Seminarios del IPP: "On using epidemiologic network techniques to model knowledge diffusion processes in science: the case of zebrafish”
Evento online a través de Zoom (Enlace https://zoom.us/j/94872939199?pwd=Q01nYTcwM1lOZGdqaENFdjBvbEd3UT09 - ID de reunión: 948 7293 9199 - Código de acceso: 044993)
Por Rodrigo Liscovsky (University of Edinburgh)
Abstract: Collaborative networks are a distinct feature of contemporary scientific practise and a major driver of knowledge diffusion across disciplinary and geographical borders. Scholars, however, have noted how the growth of collaborative research has not translated into a more equitable distribution of scientific competence, but rather to its concentration. Recently, this has led to the renewal of centre-periphery explanations and the emergence of competing models emphasising the relevance of global pipelines to access novel ideas on the one hand, and models stressing the importance of local networks in fostering innovative development in science on the other. Based on recent developments in network studies (Valente 2010), I developed a simple methodology to model diffusion process using epidemiologic network techniques and bibliometric data. In this presentation, I will discuss the application of this methodology to model the diffusion of zebrafish (a 1 and ½ inches long tropical freshwater fish) as a model organism in biomedical research. Model organism research in general and zebrafish in particular are interesting candidates for modelling for at least three reasons. First, collaborative networks based on the exchange of resources, including species and breeding techniques, constitute the pillar of the research ethos that surrounds model organism research and it is regarded as its most celebrated and distinctive feature. Second, the zebrafish (Danio rerio) has become one of the fastest-growing model organisms in terms of publications surpassing in some cases well-established model organisms such as Drosophila (fruit fly) and Xenopus (frog). Third, its growth has been especially unprecedented in peripheral regions like Latin America, where researchers have traditionally characterised by a lack of access to commercial holding systems and many of whom are self-taught in the art of fish husbandry. Overall, I intend to describe the diffusion of zebrafish from a network perspective and share some of my reflections on the use of these novel techniques in bibliometric research.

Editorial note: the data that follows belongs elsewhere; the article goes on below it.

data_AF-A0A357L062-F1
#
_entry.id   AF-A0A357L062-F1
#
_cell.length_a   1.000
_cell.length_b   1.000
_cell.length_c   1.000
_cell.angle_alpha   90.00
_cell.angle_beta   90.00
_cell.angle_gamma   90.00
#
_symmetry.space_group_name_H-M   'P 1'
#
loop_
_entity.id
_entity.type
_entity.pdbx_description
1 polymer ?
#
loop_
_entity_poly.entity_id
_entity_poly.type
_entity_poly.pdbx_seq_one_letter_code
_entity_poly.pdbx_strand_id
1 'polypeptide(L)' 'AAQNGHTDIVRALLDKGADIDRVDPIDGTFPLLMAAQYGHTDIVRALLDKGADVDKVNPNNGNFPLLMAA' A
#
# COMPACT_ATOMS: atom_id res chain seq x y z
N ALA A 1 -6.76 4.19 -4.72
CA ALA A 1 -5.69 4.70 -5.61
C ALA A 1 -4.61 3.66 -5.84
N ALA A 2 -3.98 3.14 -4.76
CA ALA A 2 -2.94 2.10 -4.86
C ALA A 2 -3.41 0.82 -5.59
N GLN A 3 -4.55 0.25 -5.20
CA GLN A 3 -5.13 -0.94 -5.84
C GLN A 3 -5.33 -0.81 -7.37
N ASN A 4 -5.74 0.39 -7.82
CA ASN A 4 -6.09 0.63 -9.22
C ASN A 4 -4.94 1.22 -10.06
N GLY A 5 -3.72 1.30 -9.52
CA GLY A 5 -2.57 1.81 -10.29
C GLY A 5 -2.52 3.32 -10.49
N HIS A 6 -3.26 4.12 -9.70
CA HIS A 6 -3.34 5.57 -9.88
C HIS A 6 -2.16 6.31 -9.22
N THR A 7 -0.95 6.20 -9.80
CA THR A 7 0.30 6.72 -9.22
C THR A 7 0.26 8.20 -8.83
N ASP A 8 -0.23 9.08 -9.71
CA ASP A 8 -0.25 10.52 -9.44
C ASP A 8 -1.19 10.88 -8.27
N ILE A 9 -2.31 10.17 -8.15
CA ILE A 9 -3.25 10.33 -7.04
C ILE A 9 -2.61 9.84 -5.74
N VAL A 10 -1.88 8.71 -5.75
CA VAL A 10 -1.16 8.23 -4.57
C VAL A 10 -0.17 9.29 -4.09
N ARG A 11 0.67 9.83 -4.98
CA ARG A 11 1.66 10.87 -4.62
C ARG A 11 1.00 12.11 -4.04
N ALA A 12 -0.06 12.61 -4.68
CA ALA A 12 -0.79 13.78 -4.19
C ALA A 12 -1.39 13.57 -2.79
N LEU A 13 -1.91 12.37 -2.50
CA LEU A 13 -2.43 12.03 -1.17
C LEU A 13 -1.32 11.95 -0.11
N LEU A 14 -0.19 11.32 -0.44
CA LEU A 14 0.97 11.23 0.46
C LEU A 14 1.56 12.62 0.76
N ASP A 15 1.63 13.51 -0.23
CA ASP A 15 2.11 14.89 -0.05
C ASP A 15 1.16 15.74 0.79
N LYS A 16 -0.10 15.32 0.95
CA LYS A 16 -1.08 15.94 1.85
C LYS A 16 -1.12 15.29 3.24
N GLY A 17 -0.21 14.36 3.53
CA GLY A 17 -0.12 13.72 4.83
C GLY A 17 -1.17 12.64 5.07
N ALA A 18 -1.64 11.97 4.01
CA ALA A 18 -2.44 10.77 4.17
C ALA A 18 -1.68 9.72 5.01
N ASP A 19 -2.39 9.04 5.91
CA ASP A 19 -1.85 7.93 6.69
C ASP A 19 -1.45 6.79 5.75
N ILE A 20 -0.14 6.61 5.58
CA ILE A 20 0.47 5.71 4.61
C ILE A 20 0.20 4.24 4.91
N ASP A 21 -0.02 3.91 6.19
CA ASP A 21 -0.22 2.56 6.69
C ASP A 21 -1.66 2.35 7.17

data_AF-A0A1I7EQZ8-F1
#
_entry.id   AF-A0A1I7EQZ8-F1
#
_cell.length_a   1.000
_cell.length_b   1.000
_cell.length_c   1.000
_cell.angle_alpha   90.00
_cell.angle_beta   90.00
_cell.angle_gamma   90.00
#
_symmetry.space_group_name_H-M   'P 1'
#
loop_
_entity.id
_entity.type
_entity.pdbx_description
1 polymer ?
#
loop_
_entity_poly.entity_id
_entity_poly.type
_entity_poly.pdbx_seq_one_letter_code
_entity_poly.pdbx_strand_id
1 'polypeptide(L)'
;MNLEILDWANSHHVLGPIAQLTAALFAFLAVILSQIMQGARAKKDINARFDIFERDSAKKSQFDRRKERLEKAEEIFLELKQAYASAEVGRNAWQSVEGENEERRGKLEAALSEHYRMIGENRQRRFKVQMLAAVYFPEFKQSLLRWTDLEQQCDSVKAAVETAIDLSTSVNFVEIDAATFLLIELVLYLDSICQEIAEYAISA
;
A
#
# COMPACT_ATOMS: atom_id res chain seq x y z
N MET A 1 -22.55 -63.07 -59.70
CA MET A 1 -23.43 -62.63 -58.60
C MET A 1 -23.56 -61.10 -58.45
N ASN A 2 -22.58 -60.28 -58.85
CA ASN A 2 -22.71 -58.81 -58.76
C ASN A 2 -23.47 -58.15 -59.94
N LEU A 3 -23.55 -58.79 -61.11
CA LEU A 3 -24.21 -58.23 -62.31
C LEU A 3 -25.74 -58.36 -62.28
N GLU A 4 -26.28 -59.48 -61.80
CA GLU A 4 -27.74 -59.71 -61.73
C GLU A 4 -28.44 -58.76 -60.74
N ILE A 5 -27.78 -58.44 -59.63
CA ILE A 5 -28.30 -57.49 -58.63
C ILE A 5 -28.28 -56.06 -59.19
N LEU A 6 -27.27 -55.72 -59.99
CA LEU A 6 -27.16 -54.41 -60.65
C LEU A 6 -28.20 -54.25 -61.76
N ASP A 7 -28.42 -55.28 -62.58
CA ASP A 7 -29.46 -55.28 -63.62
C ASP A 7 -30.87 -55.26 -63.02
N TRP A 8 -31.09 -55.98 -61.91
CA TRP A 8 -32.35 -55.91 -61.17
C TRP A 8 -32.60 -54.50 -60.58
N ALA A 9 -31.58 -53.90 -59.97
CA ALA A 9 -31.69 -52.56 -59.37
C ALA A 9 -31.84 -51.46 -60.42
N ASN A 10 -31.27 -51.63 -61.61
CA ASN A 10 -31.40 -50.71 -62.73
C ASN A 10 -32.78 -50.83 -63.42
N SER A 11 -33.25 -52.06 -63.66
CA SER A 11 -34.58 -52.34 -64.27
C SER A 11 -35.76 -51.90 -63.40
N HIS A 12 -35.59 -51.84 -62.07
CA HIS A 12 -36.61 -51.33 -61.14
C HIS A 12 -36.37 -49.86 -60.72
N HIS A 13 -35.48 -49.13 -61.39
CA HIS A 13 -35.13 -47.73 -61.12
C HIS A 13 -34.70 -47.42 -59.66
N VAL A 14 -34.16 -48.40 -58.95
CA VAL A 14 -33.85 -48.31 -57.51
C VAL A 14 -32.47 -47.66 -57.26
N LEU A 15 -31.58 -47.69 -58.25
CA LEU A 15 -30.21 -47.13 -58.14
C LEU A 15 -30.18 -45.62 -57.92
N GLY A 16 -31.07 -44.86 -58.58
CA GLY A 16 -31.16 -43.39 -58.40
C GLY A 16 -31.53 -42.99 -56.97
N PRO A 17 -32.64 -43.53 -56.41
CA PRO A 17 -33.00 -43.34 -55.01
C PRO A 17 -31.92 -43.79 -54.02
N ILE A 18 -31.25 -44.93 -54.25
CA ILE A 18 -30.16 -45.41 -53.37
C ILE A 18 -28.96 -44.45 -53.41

Rodrigo Liscovsky is a PhD candidate in Science, Technology and Innovation Studies. He holds an MSc by Research (with Distinction) in the same area, an M.Phil. in International Peace Studies (with Distinction) from Trinity College Dublin (Ireland) and a B.A. in Political Science with a major in International Relations from the Universidad Complutense de Madrid (Spain).
Organiza: Francisco Herreros (IPP-CSIC)